Thursday, December 12, 2013


Pantone, a global authority on colour, recently picked Radiant Orchid, a purple hue with pink and fuchsia undertones, as the 2014 colour of the year, replacing the 2013 colour, emerald.

In the upcoming year, the purply rose is expected to influence the world of fashion and interior design.

Each year a colour is selected by a secret committee that draws on global influences ranging from popular travel destinations to technology.

Leatrice Eiseman, executive director of the Pantone Color Institute, says next year's colour is an invitation to innovation. Radiant Orchid “encourages expanded creativity and originality, which is increasingly valued in today's society,” she says.

So how can we inject this pinky-purple radiance into our own homes, without our interior looking too much like a child's bedroom? We took some notes from Australia's top colour experts.

Rikki Stubbs is one of Australia's leading colour designers. Stubbs' career in colour and interior design can be traced back to the 1980s. And today, she runs her own colour consultancy, Pure Colour. For Stubbs, colour is the starting point in interior design. 

Every surface is a vehicle for colour.
Stubbs says Radiant Orchid is “a beautiful colour, it's a clear bright colour. So that means in interior design it has to be used judiciously in small doses.”
Stubbs says it's best to avoid painting walls in Radiant Orchid. “You want the wall colour to just sit back quietly,” she says, explaining that in interiors, the wall colour is what holds the colour scheme together.

Splashes of Radiant Orchid in a home are best complemented with neutral walls. Stubbs says soft blue greys work well with bright colours like purple. Think Dulux's Dieskau or Covered in Paint's Translucent.But pops of purple do not go amiss elsewhere. “You could paint a chair, or you could have it on one cushion, or better still in a stripe with an orange, and a green and fuchsia... on an outdoor fabric.”
But that doesn't mean you can't pair it with other bright colours.

Sonia Simpfendorfer, creative director for Melbourne-based company Nexus Designs, agrees.“I'd put it with turquoise and aqua and mint green and you could add in a dash of orange because it's the opposite,” Stubbs says.
“These slightly difficult, more challenging colours are always good to use and they're a great foil for colours that people think are beautiful,” she says.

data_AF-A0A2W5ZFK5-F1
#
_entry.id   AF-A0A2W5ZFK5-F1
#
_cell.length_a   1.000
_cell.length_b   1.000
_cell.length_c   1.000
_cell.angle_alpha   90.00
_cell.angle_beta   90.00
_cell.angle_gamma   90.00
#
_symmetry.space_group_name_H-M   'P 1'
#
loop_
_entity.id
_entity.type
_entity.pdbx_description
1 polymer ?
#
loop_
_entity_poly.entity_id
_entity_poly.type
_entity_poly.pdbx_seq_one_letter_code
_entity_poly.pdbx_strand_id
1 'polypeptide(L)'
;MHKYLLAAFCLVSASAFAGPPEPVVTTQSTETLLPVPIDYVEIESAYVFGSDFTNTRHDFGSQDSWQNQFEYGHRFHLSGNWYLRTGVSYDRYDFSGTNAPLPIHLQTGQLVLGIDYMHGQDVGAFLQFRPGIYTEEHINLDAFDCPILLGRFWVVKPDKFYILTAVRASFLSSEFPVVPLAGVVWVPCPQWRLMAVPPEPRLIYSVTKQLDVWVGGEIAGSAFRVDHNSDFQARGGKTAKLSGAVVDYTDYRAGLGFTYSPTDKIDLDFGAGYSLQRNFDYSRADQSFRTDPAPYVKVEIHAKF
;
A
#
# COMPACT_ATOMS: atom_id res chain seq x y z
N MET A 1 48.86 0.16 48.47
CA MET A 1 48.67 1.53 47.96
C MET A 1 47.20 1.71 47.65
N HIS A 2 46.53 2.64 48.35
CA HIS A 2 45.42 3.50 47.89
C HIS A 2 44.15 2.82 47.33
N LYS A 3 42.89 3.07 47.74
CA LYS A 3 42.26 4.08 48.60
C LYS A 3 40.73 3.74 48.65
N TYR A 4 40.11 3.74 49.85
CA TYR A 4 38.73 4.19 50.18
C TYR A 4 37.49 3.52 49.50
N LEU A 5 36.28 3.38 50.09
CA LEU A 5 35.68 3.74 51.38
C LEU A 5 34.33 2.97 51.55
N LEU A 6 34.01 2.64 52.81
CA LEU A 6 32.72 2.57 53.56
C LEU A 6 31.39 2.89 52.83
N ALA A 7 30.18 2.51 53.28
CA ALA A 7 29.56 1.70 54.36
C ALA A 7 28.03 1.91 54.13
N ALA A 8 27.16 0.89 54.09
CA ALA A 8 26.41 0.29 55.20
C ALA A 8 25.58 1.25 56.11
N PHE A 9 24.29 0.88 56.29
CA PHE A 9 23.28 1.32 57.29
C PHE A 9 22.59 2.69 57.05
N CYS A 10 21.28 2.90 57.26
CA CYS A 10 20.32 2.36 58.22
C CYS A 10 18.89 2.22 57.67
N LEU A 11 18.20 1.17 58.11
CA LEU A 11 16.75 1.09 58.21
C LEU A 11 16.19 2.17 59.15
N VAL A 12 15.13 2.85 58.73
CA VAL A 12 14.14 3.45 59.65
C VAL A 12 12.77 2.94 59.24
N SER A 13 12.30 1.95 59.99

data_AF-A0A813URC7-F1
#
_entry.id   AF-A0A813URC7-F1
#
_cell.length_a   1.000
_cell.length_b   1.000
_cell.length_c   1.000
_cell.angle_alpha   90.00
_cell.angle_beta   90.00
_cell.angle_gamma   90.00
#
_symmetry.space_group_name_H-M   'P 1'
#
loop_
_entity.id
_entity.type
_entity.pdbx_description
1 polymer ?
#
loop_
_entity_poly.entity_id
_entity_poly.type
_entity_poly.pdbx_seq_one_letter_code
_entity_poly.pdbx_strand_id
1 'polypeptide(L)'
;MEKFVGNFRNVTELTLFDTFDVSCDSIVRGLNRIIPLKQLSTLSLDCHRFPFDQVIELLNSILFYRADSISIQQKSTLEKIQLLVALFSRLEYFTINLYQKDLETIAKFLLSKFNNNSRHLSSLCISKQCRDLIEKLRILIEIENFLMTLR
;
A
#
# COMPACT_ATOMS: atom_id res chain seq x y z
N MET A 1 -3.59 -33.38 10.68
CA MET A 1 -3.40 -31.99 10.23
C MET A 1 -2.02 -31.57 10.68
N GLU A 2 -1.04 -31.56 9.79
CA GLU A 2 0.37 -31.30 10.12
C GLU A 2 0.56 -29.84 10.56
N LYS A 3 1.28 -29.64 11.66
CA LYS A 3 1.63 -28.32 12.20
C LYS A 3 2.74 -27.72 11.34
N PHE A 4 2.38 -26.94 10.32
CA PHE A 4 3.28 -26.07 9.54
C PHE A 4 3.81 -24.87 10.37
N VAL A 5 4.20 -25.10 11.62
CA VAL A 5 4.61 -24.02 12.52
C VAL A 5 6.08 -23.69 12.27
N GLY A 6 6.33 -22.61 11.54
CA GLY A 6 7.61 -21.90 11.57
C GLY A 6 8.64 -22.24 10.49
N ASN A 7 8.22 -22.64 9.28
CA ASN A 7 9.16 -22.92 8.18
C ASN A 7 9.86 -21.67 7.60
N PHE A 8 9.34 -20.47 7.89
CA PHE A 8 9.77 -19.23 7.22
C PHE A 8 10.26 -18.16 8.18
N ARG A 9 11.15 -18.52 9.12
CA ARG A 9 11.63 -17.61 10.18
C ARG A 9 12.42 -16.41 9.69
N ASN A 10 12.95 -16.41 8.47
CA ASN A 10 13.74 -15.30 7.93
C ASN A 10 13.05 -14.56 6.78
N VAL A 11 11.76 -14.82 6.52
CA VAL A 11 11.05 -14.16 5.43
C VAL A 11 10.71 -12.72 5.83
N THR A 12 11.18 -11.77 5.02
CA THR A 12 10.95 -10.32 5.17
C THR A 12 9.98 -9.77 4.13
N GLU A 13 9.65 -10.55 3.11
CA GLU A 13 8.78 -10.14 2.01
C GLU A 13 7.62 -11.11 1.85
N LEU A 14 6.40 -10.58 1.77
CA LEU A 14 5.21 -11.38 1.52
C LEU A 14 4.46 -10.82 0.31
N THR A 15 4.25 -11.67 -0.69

In a nod to the Pantone Fashion Color Report Spring 2014, Simpfendorfer says pairing with Dazzling Blue is a clever way to use Radiant Orchid.
“Use it with colours that are a similar level of intensity and saturation but once again use them in balance rather than making one of them too dominant,” she says.
Simpfendorfer says Radian Orchid can be used as a colour for a side table next to something that's highly patterned and has a small element of purple in it.
“Or if you imagine a rug where there might be that colour in a small amount and then use it as a solid colour on an entire chair but just one in a space... That would be really powerful,” she says.

There's no doubt that people today are experimenting more with colour in general.

Stubbs says colour is now in fashion in interior design. “We have been subjected to really bland, all white interiors where people were terrified to use any colour for years and that is changing, that is the biggest trend that is changing.”
And the choice of Radiant Orchid marks a positive move for the use of colour in interiors. “I really love the fact that it's quite controversial and has made people really stop and think about colour,” Simpfendorfer says.
While it's good to be challenged, Simpfendorfer offers a word of advice for those who aren't tickled pink (or purple, for that matter) by Pantone's colour choice.

“You have to love colour otherwise it'll always sit a bit uncomfortably.”

This photo provided by Pantone shows the Radiant Orchid color swatch for Pantone.
This photo provided by Pantone shows the Radiant Orchid color swatch for Pantone. Photo: AP